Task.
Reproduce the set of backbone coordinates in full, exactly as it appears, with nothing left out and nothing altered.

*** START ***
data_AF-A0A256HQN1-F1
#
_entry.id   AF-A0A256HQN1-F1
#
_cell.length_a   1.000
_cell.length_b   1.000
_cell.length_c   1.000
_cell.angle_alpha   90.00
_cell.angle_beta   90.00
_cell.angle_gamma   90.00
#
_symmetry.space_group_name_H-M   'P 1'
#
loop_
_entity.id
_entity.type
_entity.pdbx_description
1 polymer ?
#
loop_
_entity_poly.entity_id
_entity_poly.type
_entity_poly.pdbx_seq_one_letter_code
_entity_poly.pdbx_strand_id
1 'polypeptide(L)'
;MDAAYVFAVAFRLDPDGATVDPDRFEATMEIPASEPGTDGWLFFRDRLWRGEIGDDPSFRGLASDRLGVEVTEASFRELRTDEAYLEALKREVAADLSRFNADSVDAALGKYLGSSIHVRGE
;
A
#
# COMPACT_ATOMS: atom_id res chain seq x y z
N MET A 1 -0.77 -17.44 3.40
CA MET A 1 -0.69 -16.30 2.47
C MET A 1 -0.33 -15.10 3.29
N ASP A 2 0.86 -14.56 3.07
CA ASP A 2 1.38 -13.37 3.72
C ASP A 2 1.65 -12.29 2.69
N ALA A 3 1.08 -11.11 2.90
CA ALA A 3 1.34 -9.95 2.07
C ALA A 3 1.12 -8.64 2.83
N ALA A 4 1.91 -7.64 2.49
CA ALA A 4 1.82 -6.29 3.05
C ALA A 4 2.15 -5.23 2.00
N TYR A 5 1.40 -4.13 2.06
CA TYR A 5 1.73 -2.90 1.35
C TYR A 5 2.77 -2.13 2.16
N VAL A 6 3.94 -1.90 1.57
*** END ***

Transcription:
data_AF-A0A256HQN1-F1
#
_entry.id   AF-A0A256HQN1-F1
#
_cell.length_a   1.000
_cell.length_b   1.000
_cell.length_c   1.000
_cell.angle_alpha   90.00
_cell.angle_beta   90.00
_cell.angle_gamma   90.00
#
_symmetry.space_group_name_H-M   'P 1'
#
loop_
_entity.id
_entity.type
_entity.pdbx_description
1 polymer ?
#
loop_
_entity_poly.entity_id
_entity_poly.type
_entity_poly.pdbx_seq_one_letter_code
_entity_poly.pdbx_strand_id
1 'polypeptide(L)'
;MDAAYVFAVAFRLDPDGATVDPDRFEATMEIPASEPGTDGWLFFRDRLWRGEIGDDPSFRGLASDRLGVEVTEASFRELRTDEAYLEALKREVAADLSRFNADSVDAALGKYLGSSIHVRGE
;
A
#
# COMPACT_ATOMS: atom_id res chain seq x y z
N MET A 1 -0.77 -17.44 3.40
CA MET A 1 -0.69 -16.30 2.47
C MET A 1 -0.33 -15.10 3.29
N ASP A 2 0.86 -14.56 3.07
CA ASP A 2 1.38 -13.37 3.72
C ASP A 2 1.65 -12.29 2.69
N ALA A 3 1.08 -11.11 2.90
CA ALA A 3 1.34 -9.95 2.07
C ALA A 3 1.12 -8.64 2.83
N ALA A 4 1.91 -7.64 2.49
CA ALA A 4 1.82 -6.29 3.05
C ALA A 4 2.15 -5.23 2.00
N TYR A 5 1.40 -4.13 2.06
CA TYR A 5 1.73 -2.90 1.35
C TYR A 5 2.77 -2.13 2.16
N VAL A 6 3.94 -1.90 1.57